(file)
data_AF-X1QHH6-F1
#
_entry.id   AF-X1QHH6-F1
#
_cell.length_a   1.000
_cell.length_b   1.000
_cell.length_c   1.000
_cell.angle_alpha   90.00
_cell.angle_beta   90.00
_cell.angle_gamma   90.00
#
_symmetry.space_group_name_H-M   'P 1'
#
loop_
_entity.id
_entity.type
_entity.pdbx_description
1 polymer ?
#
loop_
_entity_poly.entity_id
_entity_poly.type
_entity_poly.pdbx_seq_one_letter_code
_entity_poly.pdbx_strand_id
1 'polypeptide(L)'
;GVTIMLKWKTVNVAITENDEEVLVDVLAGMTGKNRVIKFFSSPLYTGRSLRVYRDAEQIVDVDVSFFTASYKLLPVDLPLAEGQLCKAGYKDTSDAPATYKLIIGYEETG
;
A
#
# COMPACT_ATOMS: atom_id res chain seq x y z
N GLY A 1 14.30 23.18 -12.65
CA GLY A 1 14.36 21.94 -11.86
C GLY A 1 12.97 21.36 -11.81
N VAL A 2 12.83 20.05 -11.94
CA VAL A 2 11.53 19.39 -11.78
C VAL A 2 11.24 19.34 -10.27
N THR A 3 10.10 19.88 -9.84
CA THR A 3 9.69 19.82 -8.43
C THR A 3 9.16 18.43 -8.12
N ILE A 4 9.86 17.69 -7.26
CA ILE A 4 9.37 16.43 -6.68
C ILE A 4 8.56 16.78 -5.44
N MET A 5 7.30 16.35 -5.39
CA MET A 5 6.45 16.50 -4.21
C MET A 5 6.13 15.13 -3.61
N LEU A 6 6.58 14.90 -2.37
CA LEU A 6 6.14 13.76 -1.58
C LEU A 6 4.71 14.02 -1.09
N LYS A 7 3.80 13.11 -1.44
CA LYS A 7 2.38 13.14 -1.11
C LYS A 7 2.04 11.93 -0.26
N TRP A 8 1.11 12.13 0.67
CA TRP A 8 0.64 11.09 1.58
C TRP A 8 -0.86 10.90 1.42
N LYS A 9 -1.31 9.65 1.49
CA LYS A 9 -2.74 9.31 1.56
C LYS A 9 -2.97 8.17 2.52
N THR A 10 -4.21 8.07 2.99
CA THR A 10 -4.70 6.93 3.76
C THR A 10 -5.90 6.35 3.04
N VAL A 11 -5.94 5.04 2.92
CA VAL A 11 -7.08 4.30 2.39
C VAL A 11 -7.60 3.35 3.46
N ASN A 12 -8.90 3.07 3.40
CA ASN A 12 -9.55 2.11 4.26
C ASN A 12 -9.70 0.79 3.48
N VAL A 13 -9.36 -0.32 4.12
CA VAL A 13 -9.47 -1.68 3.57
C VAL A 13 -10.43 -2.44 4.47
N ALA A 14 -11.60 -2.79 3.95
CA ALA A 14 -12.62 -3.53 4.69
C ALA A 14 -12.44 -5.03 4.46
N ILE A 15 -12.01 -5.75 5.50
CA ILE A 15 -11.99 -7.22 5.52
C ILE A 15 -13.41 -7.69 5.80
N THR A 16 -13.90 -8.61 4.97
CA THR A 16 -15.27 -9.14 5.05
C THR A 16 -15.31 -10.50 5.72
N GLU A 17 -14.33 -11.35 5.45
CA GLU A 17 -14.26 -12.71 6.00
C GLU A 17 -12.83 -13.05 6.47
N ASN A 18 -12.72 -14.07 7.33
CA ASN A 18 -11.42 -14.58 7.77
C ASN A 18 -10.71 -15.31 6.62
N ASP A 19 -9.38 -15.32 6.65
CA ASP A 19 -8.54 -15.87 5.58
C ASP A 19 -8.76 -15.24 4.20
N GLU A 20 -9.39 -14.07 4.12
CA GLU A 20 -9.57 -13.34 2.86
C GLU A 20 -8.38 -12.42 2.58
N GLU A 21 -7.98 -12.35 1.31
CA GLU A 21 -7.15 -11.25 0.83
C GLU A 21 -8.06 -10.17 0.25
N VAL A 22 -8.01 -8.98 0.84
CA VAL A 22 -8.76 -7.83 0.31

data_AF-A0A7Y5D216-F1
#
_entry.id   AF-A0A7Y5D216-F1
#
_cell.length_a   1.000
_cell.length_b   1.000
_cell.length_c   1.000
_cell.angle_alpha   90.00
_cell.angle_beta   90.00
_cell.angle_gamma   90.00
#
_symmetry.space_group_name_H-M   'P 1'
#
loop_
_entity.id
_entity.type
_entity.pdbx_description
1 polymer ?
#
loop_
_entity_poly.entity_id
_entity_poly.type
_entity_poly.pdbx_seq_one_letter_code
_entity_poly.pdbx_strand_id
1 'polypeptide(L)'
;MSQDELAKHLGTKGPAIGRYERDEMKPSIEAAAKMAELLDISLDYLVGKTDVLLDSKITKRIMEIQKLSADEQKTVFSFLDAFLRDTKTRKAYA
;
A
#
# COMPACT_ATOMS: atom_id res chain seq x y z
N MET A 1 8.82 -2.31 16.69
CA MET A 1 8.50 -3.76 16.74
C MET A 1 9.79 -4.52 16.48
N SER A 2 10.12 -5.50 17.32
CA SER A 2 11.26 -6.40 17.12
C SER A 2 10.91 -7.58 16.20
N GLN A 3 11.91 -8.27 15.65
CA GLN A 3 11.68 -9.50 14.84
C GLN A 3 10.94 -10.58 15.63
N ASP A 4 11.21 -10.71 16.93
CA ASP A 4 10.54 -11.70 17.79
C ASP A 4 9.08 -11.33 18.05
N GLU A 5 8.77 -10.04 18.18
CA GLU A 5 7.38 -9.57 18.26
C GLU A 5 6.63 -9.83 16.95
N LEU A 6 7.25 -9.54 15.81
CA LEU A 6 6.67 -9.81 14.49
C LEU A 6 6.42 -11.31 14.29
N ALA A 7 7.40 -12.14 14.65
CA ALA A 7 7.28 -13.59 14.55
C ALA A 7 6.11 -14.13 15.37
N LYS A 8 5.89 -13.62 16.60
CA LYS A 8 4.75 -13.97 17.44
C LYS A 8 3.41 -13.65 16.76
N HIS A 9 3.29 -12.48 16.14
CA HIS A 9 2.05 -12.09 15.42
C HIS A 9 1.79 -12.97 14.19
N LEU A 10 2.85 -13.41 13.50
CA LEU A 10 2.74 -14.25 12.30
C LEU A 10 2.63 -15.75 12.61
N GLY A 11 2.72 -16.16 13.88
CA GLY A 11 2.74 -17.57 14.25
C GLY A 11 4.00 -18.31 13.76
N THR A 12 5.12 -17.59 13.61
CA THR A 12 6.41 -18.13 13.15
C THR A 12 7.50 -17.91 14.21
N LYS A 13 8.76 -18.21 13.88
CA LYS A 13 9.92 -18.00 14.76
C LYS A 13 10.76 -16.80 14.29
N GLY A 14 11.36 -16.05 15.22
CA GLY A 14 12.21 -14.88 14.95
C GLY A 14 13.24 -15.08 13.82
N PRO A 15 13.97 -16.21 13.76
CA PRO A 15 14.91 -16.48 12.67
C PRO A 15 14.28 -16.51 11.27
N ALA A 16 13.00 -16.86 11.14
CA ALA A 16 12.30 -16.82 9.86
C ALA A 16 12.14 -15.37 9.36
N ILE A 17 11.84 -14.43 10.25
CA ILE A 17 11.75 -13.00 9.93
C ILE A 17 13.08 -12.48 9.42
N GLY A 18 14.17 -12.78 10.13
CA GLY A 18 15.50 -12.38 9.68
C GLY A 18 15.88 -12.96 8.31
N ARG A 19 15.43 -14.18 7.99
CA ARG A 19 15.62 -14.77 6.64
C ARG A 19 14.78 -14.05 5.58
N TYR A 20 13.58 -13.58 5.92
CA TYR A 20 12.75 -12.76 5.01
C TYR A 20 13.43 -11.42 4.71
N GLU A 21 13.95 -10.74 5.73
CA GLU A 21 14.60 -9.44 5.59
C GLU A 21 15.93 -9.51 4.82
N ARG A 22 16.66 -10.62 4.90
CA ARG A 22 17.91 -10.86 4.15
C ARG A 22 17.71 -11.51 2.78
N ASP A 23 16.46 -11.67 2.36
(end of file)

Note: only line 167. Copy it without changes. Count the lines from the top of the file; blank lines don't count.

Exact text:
C GLY A 14 13.24 -15.08 13.82